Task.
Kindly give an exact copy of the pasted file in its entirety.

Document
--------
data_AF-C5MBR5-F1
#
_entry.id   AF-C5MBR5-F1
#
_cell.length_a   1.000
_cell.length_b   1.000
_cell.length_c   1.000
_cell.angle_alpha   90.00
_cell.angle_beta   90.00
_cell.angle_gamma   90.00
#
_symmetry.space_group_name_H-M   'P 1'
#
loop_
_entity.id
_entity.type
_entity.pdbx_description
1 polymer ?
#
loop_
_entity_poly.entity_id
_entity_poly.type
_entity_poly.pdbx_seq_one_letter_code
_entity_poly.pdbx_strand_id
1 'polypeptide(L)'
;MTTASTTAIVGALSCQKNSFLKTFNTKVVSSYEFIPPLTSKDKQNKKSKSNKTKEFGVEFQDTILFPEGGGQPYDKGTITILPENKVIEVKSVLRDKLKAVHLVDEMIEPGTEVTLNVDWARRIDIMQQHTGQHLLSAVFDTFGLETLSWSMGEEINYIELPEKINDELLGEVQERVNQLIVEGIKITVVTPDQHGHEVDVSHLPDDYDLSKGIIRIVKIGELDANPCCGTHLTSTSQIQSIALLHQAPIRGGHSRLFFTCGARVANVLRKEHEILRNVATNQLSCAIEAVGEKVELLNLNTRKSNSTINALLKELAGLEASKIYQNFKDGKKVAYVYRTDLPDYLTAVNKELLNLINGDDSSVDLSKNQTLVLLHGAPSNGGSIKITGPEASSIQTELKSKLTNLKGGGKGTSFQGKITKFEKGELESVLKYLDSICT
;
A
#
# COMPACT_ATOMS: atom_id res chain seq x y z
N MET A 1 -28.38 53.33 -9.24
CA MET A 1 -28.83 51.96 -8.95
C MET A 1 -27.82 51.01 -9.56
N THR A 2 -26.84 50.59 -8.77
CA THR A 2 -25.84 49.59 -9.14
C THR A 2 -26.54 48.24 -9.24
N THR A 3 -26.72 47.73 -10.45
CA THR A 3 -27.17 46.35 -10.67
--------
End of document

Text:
data_AF-C5MBR5-F1
#
_entry.id   AF-C5MBR5-F1
#
_cell.length_a   1.000
_cell.length_b   1.000
_cell.length_c   1.000
_cell.angle_alpha   90.00
_cell.angle_beta   90.00
_cell.angle_gamma   90.00
#
_symmetry.space_group_name_H-M   'P 1'
#
loop_
_entity.id
_entity.type
_entity.pdbx_description
1 polymer ?
#
loop_
_entity_poly.entity_id
_entity_poly.type
_entity_poly.pdbx_seq_one_letter_code
_entity_poly.pdbx_strand_id
1 'polypeptide(L)'
;MTTASTTAIVGALSCQKNSFLKTFNTKVVSSYEFIPPLTSKDKQNKKSKSNKTKEFGVEFQDTILFPEGGGQPYDKGTITILPENKVIEVKSVLRDKLKAVHLVDEMIEPGTEVTLNVDWARRIDIMQQHTGQHLLSAVFDTFGLETLSWSMGEEINYIELPEKINDELLGEVQERVNQLIVEGIKITVVTPDQHGHEVDVSHLPDDYDLSKGIIRIVKIGELDANPCCGTHLTSTSQIQSIALLHQAPIRGGHSRLFFTCGARVANVLRKEHEILRNVATNQLSCAIEAVGEKVELLNLNTRKSNSTINALLKELAGLEASKIYQNFKDGKKVAYVYRTDLPDYLTAVNKELLNLINGDDSSVDLSKNQTLVLLHGAPSNGGSIKITGPEASSIQTELKSKLTNLKGGGKGTSFQGKITKFEKGELESVLKYLDSICT
;
A
#
# COMPACT_ATOMS: atom_id res chain seq x y z
N MET A 1 -28.38 53.33 -9.24
CA MET A 1 -28.83 51.96 -8.95
C MET A 1 -27.82 51.01 -9.56
N THR A 2 -26.84 50.59 -8.77
CA THR A 2 -25.84 49.59 -9.14
C THR A 2 -26.54 48.24 -9.24
N THR A 3 -26.72 47.73 -10.45
CA THR A 3 -27.17 46.35 -10.67